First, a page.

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What Does Chemotherapy Involve?

By: Jeff Durham - Updated: 18 Sep 2012 | comments*Discuss
Chemotherapy Treatment What Is

Chemotherapy is one of the methods which involve the combination of drugs to treat cancer. It can be administered in different ways depending on how advanced the cancer is, the type of cancer it is, whether it has spread to other areas and your general health. The treatment can begin either before or after surgery depending on the nature of the cancer and will be managed and supervised by your oncologist.

How Does Chemotherapy Work?

The drugs used in chemotherapy work by attacking cells which have begun to divide at a rapid rate. Usually, your cells divide in a way which is tightly regulated and controlled by your body but with cancer cells, this process is thrown off course which results in the uncontrolled reproduction of new cells which happens at an unnaturally rapid rate which then results in a tumour or blood cancer. The idea behind the drugs that are administered during chemotherapy is to attack the DNA of these malforming cells in an effort to make them die back completely or, at least, to reduce the speed at which they are dividing.

The Procedure

There are different chemotherapy procedures but most of them are where the drugs are intravenously fed into your bloodstream directly. The IV drip will usually be placed in a vein in your arm or on the back of your hand. Sometimes, you’ll have a central line put in which is a thin tube running from your chest to main vein close to your heart and this can be left in place for a few months so that any additional drugs can be administered by pumping them in each time you go for chemotherapy.

Sometimes, the chemotherapy treatment involves a catheter or infusion pump. There are other ways chemotherapy treatment is also given. This includes by injection, in tablet or capsule form and even cream treatments can be given for things like skin cancer.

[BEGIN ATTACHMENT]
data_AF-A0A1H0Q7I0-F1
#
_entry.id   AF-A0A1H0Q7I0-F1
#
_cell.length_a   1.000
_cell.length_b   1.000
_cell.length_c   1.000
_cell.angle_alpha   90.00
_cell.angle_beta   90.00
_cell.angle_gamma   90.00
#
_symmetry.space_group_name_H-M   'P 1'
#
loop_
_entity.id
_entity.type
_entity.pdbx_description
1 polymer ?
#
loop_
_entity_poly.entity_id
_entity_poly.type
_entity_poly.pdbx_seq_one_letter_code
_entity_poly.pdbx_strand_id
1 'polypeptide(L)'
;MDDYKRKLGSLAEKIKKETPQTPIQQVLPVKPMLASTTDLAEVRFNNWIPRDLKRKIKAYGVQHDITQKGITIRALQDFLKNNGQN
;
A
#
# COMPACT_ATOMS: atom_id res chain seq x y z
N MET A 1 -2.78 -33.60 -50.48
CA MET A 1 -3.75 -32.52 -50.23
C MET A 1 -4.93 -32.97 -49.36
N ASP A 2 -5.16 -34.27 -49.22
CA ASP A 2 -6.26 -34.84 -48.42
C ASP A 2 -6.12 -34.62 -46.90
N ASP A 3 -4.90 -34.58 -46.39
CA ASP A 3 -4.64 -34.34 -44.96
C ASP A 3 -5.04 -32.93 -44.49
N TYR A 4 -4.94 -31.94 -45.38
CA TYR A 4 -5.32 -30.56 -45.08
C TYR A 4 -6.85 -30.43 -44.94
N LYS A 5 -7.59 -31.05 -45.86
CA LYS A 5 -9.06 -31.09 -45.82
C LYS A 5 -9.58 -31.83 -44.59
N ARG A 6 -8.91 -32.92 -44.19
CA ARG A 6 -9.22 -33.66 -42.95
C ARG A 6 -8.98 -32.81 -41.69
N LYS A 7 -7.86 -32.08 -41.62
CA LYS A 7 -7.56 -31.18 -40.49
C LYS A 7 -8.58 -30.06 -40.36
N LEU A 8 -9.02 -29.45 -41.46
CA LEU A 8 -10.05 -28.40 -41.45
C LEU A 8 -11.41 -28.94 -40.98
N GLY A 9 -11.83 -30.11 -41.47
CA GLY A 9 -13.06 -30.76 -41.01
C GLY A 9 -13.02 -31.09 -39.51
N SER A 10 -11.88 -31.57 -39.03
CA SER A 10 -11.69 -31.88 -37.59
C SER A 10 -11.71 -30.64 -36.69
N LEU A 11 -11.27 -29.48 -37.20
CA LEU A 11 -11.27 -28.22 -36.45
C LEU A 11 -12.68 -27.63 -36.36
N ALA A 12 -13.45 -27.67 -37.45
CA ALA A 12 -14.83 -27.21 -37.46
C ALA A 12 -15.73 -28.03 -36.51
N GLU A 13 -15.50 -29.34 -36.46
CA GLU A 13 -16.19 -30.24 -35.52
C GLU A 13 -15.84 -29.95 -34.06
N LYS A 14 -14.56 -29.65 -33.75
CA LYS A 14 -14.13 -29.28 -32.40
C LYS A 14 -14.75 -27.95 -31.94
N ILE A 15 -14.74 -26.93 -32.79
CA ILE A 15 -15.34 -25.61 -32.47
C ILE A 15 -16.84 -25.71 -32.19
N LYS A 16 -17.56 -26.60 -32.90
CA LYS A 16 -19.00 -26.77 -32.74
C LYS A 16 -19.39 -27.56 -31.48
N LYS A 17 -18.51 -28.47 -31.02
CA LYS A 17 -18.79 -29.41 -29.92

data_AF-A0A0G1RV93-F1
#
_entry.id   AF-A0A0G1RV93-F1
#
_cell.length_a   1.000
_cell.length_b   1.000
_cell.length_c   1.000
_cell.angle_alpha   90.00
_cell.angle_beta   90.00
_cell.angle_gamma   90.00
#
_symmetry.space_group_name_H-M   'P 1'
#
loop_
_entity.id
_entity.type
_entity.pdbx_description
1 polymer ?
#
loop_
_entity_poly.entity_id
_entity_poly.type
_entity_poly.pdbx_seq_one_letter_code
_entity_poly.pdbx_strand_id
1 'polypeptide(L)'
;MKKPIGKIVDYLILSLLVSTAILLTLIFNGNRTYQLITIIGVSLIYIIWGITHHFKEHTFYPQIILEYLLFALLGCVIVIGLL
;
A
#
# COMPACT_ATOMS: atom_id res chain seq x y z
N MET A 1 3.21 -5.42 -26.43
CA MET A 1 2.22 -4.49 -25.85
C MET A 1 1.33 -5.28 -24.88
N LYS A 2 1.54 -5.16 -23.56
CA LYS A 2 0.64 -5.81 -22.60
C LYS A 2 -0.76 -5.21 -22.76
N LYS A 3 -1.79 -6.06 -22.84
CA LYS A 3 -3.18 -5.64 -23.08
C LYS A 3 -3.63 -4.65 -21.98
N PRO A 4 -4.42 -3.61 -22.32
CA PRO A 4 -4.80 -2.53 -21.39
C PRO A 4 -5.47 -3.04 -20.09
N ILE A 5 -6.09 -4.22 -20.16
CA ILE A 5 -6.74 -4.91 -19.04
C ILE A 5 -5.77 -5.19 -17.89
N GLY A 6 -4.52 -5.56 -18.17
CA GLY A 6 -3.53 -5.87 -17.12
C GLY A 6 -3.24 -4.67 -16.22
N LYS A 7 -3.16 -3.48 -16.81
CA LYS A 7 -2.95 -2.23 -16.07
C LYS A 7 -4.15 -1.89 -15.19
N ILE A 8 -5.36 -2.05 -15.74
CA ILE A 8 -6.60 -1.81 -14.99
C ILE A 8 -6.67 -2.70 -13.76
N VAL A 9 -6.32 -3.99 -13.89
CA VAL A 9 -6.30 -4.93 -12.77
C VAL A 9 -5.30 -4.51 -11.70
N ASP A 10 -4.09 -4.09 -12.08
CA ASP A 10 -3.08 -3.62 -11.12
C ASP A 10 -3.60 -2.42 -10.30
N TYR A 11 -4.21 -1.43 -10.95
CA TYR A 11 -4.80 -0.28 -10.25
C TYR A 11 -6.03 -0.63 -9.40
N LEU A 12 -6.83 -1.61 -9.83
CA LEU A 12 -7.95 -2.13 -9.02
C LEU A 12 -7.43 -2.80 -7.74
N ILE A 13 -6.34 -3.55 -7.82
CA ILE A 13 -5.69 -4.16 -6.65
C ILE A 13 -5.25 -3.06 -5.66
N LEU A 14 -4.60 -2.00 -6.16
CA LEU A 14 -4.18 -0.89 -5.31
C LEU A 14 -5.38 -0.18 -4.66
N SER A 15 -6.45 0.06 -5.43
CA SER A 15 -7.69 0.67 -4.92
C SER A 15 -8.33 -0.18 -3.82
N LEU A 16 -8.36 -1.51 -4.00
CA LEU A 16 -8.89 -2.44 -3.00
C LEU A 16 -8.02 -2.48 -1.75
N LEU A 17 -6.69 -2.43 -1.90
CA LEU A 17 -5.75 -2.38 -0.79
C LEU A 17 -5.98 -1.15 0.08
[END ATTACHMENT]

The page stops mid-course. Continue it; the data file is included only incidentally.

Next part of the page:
Most injections and infusions will mean regular trips to the hospital, although in some cases, you might be able to have the treatment at home but if you’re being treated via oral capsules/tablets or creams, this can be done at home. Sessions of chemotherapy can vary but will be between 30 minutes and a few hours long.

During Treatment

Chemotherapy involves treating the cancer in cycles so you’ll need to return for regular sessions. The reason that it can’t be conducted on a ‘one time only’ basis is that it produces a number of side effects and takes a lot out of you physically so you need to rest and recuperate between cycles. Furthermore, chemotherapy only attacks cells which are currently dividing. At any given time, certain cancerous cells may be resting before becoming active again later hence why you need to make return trips to the hospital.

Side Effects

Unfortunately, chemotherapy doesn’t just attack cancerous cells but its effects are felt on other healthy cells too which affect things such as your skin, bone marrow, hair and digestive system. Therefore, undergoing chemotherapy will have quite a dramatic effect when it comes to side effects. These can include:

  • Tiredness, feeling sick and vomiting
  • Constipation or diarrhoea
  • Loss of appetite
  • Loss of hair
  • More susceptibility to infection
  • Skin dryness and discolouration
  • Sore mouth, mouth ulcers and a disturbance in your sense of taste
  • Pins and needles or numbness in your hands and feet and changes in your hearing. For example, some people experience tinnitus (a ringing in the ears) after they’ve begun chemotherapy treatment

Weighing up the Pros & Cons

Although the side effects can be very unpleasant, they can sometimes be alleviated to a degree by using other drugs to counteract the effects of chemotherapy treatment. Constant tiredness to the point of exhaustion is probably one of the hardest side effects to have to deal with which is hardly productive when you want to feel strong to battle the cancer and it will inevitably mean adjustments to your everyday routine, including affecting things like work and looking after children. There is also the risk of becoming infertile after chemotherapy treatment and this can happen to both men and women.

However, it’s also important to remember that all of these side effects only last whilst you are undergoing chemotherapy and to hold on to the thought of the potential life saving benefits that the treatment can provide. In weighing up all of the pros and cons of chemotherapy, it’s important to listen to what your oncologist tells you, ask them for their advice and opinion and discuss possible alternative treatments.

Ultimately, it will be you who decides whether or not to have chemotherapy treatment and for the vast majority of people, following the advice of the oncologist usually determines what course of action a person decides to take in tackling their cancer.

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